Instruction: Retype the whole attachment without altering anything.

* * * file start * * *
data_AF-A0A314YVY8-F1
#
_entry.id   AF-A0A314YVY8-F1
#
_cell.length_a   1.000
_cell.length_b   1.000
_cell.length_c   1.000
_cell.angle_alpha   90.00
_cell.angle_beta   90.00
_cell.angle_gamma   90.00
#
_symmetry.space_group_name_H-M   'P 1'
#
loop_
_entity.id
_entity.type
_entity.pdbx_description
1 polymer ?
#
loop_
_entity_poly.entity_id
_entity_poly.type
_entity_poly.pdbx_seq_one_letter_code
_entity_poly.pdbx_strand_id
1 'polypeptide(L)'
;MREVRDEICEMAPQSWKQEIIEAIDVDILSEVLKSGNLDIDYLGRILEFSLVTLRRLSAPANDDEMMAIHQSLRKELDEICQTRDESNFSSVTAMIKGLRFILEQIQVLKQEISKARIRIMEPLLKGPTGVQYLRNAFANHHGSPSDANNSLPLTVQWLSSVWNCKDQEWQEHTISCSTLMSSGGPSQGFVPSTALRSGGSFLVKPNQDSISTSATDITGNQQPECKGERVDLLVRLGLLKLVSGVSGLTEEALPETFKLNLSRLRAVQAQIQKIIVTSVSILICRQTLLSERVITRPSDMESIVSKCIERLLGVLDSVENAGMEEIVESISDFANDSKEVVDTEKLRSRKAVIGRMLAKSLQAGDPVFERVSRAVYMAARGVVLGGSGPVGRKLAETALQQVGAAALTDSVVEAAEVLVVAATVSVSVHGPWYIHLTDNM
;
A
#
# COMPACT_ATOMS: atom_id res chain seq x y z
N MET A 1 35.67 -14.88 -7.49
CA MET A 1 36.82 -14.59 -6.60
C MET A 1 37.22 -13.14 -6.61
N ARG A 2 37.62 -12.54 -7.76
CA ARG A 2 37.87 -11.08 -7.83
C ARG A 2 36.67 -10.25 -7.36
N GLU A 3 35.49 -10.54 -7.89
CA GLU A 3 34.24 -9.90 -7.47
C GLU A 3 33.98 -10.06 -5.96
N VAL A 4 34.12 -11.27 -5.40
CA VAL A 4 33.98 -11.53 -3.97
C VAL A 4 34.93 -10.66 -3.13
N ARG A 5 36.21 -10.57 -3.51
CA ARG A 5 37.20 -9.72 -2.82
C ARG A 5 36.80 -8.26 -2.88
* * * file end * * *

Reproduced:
data_AF-A0A314YVY8-F1
#
_entry.id   AF-A0A314YVY8-F1
#
_cell.length_a   1.000
_cell.length_b   1.000
_cell.length_c   1.000
_cell.angle_alpha   90.00
_cell.angle_beta   90.00
_cell.angle_gamma   90.00
#
_symmetry.space_group_name_H-M   'P 1'
#
loop_
_entity.id
_entity.type
_entity.pdbx_description
1 polymer ?
#
loop_
_entity_poly.entity_id
_entity_poly.type
_entity_poly.pdbx_seq_one_letter_code
_entity_poly.pdbx_strand_id
1 'polypeptide(L)'
;MREVRDEICEMAPQSWKQEIIEAIDVDILSEVLKSGNLDIDYLGRILEFSLVTLRRLSAPANDDEMMAIHQSLRKELDEICQTRDESNFSSVTAMIKGLRFILEQIQVLKQEISKARIRIMEPLLKGPTGVQYLRNAFANHHGSPSDANNSLPLTVQWLSSVWNCKDQEWQEHTISCSTLMSSGGPSQGFVPSTALRSGGSFLVKPNQDSISTSATDITGNQQPECKGERVDLLVRLGLLKLVSGVSGLTEEALPETFKLNLSRLRAVQAQIQKIIVTSVSILICRQTLLSERVITRPSDMESIVSKCIERLLGVLDSVENAGMEEIVESISDFANDSKEVVDTEKLRSRKAVIGRMLAKSLQAGDPVFERVSRAVYMAARGVVLGGSGPVGRKLAETALQQVGAAALTDSVVEAAEVLVVAATVSVSVHGPWYIHLTDNM
;
A
#
# COMPACT_ATOMS: atom_id res chain seq x y z
N MET A 1 35.67 -14.88 -7.49
CA MET A 1 36.82 -14.59 -6.60
C MET A 1 37.22 -13.14 -6.61
N ARG A 2 37.62 -12.54 -7.76
CA ARG A 2 37.87 -11.08 -7.83
C ARG A 2 36.67 -10.25 -7.36
N GLU A 3 35.49 -10.54 -7.89
CA GLU A 3 34.24 -9.90 -7.47
C GLU A 3 33.98 -10.06 -5.96
N VAL A 4 34.12 -11.27 -5.40
CA VAL A 4 33.98 -11.53 -3.97
C VAL A 4 34.93 -10.66 -3.13
N ARG A 5 36.21 -10.57 -3.51
CA ARG A 5 37.20 -9.72 -2.82
C ARG A 5 36.80 -8.26 -2.88